Research ArticleFIBROSIS

Type 3 cytokines IL-17A and IL-22 drive TGF-β–dependent liver fibrosis

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Science Immunology  26 Oct 2018:
Vol. 3, Issue 28, eaar7754
DOI: 10.1126/sciimmunol.aar7754

Type 3 injury

Chronic liver injury caused by infection, toxins, or other inflammatory conditions can lead to liver fibrosis. Several cytokines have been linked to liver fibrosis, and here, Fabre et al. define a role for the type 3 cytokines interleukin-17A (IL-17A) and IL-22 in driving transforming growth factor–β (TGF-β)–dependent fibrosis. They observed elevated levels of IL-17A and IL-22 in intrahepatic lymphocytes from patients with hepatitis. Hepatic stellate cells treated with IL-22 showed enhanced p38 mitogen-activated protein kinase–dependent TGF-β signaling. Liver-resident neutrophils and mast cells were identified as the primary sources of IL-17 in humans, and mouse studies showed that blockade of IL-17A and IL-22 could reduce fibrosis. Together, these findings define a role for type 3 cytokines in driving fibrosis during liver injury.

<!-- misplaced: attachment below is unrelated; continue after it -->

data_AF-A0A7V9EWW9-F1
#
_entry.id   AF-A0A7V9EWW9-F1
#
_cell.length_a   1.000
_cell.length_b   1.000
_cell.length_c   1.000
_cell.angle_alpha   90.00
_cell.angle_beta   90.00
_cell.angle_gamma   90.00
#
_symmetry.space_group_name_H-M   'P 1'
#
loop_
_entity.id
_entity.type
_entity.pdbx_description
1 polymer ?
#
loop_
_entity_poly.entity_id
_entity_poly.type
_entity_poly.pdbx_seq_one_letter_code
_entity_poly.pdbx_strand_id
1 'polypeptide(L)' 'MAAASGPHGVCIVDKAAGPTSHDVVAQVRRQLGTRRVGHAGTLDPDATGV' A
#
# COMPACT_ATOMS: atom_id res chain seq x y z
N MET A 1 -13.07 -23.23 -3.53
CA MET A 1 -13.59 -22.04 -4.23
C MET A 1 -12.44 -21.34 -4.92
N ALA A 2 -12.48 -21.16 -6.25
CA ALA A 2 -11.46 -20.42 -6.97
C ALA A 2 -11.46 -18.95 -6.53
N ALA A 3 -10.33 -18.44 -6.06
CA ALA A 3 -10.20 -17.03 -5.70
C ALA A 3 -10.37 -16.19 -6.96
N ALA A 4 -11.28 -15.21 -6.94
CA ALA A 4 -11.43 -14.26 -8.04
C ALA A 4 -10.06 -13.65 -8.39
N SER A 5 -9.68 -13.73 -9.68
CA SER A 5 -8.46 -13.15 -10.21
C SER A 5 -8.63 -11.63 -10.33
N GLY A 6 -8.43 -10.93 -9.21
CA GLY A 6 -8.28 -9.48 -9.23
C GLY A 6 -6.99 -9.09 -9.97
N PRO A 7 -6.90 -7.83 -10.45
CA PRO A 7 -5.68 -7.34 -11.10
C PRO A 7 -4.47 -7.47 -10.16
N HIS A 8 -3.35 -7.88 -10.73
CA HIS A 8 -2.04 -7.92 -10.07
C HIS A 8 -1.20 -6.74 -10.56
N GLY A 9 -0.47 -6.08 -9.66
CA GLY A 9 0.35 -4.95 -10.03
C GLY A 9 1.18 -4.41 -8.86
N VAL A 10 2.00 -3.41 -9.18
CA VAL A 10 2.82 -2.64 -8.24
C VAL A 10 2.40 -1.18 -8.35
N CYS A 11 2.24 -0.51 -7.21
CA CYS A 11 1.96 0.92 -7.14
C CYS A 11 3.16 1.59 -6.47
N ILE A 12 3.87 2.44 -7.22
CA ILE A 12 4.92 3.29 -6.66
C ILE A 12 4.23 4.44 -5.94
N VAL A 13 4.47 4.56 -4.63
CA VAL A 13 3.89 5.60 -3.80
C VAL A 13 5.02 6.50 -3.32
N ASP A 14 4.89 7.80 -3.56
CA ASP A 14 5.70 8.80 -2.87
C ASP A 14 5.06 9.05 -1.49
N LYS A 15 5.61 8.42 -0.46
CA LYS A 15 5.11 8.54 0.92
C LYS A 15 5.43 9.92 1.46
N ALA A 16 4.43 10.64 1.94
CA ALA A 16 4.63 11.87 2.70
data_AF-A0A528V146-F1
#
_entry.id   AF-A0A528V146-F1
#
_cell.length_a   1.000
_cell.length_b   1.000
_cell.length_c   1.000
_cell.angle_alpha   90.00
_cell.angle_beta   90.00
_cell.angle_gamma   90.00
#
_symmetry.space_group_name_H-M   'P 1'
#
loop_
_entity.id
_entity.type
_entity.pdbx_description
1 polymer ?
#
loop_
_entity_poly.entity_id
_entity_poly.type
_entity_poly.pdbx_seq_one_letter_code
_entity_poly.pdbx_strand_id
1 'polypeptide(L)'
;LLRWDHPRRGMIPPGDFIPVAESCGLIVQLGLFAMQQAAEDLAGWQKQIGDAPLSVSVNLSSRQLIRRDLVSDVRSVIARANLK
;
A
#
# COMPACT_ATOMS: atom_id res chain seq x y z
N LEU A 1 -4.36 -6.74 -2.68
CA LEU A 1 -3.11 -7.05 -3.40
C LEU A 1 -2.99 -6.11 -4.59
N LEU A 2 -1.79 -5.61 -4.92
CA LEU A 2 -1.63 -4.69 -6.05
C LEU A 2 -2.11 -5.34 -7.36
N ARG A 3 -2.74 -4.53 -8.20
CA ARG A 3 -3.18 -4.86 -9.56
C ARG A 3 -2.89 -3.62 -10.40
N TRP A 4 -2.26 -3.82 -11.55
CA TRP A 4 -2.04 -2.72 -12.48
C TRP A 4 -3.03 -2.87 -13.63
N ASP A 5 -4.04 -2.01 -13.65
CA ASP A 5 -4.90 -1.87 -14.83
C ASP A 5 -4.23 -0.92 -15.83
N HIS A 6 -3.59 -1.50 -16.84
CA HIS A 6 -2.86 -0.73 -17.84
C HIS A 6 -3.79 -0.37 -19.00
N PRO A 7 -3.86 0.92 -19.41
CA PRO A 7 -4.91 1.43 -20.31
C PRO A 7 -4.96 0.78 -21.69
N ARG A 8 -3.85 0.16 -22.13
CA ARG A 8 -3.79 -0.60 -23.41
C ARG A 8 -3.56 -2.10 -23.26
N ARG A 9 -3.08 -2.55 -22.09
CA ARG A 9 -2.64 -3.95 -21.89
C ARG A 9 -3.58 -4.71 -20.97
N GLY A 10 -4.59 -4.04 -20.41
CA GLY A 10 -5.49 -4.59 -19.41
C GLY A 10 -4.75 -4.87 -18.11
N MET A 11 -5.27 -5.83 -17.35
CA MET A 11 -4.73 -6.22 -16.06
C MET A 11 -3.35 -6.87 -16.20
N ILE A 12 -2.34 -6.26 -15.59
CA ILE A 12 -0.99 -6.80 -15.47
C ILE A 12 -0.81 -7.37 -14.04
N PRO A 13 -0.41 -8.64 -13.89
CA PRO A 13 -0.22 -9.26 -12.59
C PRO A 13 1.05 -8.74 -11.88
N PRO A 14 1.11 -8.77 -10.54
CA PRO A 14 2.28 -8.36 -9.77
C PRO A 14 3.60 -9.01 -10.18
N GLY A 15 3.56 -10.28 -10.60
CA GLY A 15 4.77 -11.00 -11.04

Inflammatory immune cells can modulate activation of hepatic stellate cells (HSCs) and progression of liver fibrosis. Type 3 inflammation characterized by production of interleukin-17A (IL-17) and IL-22 by innate and adaptive immune cells is implicated in many inflammatory conditions of the gut and can be counteracted by regulatory T cells (Tregs), but its contribution to liver fibrosis is still poorly understood. Here, we evaluated the contribution of type 3 inflammation in liver fibrosis using clinical liver biopsies, in vitro stimulation of primary HSCs, and in vivo mouse models. We report dysregulated type 3 responses in fibrotic lesions with increased IL-17+CD4+/FOXP3hiCD4+ ratio and increased IL-17 and IL-22 production in advanced liver fibrosis. Neutrophils and mast cells were the main sources of IL-17 in situ in humans. In addition, we demonstrate a new profibrotic function of IL-22 through enhancement of transforming growth factor–β signaling in HSCs in a p38 mitogen-activated protein kinase–dependent manner. In vivo, IL-22RA1 knockout mice exhibited reduced fibrosis in response to thioacetamide and carbon tetrachloride. Blocking either IL-22 or IL-17 production using aryl hydrocarbon receptor or RAR-related orphan receptor gamma-t antagonists resulted in reduced fibrosis. Together, these data have identified a pathogenic role for type 3 immune response mediated by IL-22 in driving liver fibrosis during chronic liver injury.

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